Tuesday, January 08, 2008

If I Were In NH...

Today's the big day, and as a New Hampshire native, it's one I'm quite used to hearing about every four years: the first-in-the-nation New Hampshire primary. When I was visiting my parents over the holidays, the phone rang at least every hour, sometimes even more often. We knew, from the unfamiliar 603-area code numbers, that they were political calls, and we didn't answer them. Only once did a campaign leave a message. I felt grateful that I am registered to vote in New York, because I honestly had no idea who I'd vote for come January 8.

Now January 8 is here, and I have to say that if I were living and voting in NH, (despite, very truthfully, having done little research and paid no attention to the debates), my vote would be going to Obama.

Now, the strong feminist inside of me would love to say a female president. I'd love to see Hillary working on policy while Bill chooses the china and linens and makes public his favorite chocolate chip cookie recipe.

The problem is, I, like many others of my generation and younger, have become completely disillusioned by this country's government. A few months ago I was listening to Peter, Paul, Mary's version of Bob Dylan's classic "The Times They Are A-Changin'." I wanted to write the lyrics out and send it to each one of our representatives and ask, "what happened?" What happened to the ideals of this generation, who hated establishment and corruption, who loved Bobby, Martin, and John? Why is there still so much injustice and inequality happening at the hands of the United States Government?

Now, all of the candidates are promoting the "change" that they will bring to the government (and smart they are to do that, too, since Bush's approval rating is dismal across the board). But I think that no one has the vision and hope for real change that Barack Obama does. He's been compared to the visionary voices of Robert Kennedy, JFK, and Martin Luther King, Jr. From the little research I have done, I think it's a fair comparison. He's not advocating trying to change some things by following the status quo. He wants to shake things up. And though his lack of political experience has been used as criticism, I think it might actually be beneficial, because he's not so ingrained to "way things are done."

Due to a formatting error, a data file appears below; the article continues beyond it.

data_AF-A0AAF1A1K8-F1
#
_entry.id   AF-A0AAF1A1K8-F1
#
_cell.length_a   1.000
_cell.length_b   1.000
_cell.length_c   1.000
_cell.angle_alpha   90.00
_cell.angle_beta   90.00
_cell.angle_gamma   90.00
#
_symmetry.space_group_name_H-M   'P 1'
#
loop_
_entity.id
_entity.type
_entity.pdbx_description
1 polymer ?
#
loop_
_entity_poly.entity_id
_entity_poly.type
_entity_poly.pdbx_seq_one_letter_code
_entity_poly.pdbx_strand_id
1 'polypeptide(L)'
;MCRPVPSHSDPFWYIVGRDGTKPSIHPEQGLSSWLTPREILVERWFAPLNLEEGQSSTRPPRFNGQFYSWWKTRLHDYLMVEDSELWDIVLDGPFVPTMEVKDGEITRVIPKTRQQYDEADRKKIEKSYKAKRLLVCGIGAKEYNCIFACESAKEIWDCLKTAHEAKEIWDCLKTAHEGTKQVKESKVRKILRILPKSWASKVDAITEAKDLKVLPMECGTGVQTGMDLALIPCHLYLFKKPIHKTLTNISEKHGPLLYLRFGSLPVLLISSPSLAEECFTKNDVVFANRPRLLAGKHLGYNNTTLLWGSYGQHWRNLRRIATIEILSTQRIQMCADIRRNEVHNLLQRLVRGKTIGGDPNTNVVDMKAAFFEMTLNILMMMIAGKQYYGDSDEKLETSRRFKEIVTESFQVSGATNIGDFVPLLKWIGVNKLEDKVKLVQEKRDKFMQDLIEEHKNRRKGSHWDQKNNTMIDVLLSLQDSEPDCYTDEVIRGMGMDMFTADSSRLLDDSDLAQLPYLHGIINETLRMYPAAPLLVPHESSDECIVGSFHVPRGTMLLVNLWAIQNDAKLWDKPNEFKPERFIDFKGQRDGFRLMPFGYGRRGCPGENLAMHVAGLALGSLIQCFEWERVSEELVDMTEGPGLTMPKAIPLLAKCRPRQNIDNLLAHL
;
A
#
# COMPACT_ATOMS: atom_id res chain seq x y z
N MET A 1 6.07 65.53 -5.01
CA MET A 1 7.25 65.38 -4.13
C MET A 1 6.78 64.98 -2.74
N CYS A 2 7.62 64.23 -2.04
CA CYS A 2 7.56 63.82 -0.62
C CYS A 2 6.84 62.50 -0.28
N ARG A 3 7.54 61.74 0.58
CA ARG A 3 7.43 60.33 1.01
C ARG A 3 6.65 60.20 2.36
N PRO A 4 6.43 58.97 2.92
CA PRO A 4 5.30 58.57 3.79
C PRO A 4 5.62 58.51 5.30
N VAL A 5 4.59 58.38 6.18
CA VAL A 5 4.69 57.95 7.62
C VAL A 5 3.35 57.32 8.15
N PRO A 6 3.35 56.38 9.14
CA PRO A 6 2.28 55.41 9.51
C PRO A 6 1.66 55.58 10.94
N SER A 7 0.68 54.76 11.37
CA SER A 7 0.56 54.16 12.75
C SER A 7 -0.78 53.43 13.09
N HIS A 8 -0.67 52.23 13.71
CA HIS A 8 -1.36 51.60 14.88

Now, am I naive enough to think that he'll accomplish all he wants to should he be elected? No. There are lots of other factors involved in politics. But then again, look at all the young people, Generations X and Y, who voted--many for the first time--in Iowa. What if Obama is the force that gets them involved in politics and social action? We already know that unlike the "slackers" of Gen. X, Generation Y (or the "Millenials") is much more engaged in civic action and social responsibilty. They volunteer, even beyond school-mandated community service requirements. They use their highly fought-for consumer dollars on environmentally-conscious products.

I think Obama has a chance to reach them, and gives hope that another way of doing things is possible, a hope that for many who've watched the events of the last 7 years with horror (and who cried when Bush was re-elected) was almost snuffed out.

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